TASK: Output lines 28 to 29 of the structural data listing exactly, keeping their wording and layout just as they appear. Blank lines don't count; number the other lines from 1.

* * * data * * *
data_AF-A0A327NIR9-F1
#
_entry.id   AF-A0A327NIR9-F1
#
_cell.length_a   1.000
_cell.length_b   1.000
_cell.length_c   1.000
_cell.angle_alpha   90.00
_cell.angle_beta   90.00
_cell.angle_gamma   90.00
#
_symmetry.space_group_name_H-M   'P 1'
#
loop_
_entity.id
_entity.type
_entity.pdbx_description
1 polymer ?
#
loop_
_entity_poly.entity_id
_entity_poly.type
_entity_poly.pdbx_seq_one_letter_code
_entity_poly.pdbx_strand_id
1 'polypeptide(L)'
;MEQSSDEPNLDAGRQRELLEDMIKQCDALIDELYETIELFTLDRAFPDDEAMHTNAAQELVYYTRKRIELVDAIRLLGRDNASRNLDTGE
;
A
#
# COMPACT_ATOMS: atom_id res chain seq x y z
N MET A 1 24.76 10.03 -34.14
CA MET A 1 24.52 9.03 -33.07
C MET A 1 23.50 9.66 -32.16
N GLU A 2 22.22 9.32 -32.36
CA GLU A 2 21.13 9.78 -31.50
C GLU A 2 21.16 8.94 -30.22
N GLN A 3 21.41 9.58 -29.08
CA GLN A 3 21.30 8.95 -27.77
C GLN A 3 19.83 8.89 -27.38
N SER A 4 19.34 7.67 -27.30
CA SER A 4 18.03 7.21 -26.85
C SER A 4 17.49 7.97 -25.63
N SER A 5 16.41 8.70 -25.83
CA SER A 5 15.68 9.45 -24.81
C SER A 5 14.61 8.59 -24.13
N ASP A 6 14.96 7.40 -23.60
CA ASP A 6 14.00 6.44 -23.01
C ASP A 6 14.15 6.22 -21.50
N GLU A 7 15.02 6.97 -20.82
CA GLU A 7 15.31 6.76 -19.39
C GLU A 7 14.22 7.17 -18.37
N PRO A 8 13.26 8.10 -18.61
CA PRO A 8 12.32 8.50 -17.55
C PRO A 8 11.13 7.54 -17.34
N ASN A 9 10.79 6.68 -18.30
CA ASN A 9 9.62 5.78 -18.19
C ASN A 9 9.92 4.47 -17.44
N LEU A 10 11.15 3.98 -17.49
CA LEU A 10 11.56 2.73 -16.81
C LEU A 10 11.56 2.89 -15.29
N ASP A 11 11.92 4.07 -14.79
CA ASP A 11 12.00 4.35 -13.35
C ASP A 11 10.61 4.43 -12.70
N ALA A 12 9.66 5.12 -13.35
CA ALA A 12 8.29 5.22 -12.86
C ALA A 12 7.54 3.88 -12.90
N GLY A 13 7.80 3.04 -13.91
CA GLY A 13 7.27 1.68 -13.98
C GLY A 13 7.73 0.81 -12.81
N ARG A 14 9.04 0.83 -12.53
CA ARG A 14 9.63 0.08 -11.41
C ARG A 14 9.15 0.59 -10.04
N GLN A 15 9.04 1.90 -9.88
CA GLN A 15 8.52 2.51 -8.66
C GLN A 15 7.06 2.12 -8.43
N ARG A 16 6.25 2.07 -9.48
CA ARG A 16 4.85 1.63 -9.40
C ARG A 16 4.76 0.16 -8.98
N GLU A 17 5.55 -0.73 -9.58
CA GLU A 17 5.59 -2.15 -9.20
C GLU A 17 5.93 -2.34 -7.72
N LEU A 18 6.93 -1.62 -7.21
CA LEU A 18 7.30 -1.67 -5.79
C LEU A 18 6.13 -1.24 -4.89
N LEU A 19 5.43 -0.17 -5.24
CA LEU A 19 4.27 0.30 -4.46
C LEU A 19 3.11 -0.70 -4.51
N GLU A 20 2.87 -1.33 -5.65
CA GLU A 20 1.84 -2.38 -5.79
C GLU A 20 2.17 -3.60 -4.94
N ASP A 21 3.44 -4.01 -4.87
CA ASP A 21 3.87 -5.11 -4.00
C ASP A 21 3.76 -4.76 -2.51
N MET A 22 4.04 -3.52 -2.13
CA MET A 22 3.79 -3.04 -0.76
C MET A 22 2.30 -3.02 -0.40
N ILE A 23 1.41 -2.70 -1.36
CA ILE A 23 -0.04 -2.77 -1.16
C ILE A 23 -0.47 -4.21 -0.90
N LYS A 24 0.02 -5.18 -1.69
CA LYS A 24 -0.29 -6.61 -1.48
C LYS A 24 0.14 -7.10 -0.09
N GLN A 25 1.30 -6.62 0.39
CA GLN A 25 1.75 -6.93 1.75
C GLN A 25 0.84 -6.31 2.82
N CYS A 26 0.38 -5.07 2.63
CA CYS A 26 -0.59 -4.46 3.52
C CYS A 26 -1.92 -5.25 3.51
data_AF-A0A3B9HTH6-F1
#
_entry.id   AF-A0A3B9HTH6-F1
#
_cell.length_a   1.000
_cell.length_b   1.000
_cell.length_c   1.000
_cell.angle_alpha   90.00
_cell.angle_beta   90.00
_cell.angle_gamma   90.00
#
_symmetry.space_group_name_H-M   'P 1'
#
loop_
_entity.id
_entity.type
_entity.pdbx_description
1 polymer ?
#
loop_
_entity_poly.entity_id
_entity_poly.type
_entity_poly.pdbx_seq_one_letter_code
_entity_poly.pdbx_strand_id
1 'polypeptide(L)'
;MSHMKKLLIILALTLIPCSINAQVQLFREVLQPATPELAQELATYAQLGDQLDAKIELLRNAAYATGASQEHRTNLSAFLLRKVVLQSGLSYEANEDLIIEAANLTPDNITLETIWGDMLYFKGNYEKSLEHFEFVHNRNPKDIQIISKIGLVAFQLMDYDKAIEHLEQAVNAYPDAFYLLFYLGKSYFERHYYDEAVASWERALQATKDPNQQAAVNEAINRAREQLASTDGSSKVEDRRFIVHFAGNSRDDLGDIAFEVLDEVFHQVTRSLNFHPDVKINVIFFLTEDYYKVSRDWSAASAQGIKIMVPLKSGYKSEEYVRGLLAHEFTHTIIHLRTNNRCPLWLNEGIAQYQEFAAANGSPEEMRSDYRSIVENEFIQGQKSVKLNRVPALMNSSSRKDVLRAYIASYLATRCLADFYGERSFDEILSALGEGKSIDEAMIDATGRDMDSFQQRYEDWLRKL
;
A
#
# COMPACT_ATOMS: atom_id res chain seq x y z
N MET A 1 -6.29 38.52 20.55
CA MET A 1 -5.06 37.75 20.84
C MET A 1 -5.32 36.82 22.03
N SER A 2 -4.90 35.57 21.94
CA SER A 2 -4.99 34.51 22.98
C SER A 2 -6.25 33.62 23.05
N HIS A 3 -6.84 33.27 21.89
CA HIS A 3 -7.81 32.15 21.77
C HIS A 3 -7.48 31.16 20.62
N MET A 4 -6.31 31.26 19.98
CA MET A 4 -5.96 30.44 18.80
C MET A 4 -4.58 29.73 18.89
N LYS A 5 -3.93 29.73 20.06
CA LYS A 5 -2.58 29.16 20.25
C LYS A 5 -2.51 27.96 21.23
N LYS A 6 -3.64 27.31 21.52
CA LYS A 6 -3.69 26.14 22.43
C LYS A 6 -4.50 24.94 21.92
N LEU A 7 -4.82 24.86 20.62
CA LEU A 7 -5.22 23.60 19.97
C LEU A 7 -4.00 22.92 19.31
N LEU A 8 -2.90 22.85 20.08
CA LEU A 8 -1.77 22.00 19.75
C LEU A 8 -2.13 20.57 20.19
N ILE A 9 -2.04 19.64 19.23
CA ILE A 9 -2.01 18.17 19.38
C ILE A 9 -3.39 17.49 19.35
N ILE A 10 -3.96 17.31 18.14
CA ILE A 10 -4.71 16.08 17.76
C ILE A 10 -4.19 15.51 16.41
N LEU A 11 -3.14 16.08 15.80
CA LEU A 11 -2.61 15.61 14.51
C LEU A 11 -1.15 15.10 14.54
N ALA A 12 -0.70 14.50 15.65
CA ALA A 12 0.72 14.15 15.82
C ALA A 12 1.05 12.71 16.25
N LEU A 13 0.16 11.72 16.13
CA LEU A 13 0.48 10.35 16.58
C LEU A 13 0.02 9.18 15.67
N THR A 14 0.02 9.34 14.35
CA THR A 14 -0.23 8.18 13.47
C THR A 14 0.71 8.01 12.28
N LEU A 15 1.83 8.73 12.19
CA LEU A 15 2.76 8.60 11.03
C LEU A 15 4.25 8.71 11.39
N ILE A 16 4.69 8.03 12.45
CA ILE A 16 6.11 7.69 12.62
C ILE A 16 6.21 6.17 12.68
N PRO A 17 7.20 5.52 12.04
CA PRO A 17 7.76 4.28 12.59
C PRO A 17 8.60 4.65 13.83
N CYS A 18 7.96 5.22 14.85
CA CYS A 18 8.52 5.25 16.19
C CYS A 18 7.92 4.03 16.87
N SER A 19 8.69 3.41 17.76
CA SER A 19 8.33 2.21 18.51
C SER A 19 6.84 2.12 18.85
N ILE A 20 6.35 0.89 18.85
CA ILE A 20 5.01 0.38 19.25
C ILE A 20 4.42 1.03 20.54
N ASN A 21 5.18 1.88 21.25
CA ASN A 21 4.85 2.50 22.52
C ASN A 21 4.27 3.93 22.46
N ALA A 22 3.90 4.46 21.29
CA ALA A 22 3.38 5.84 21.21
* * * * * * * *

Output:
A
#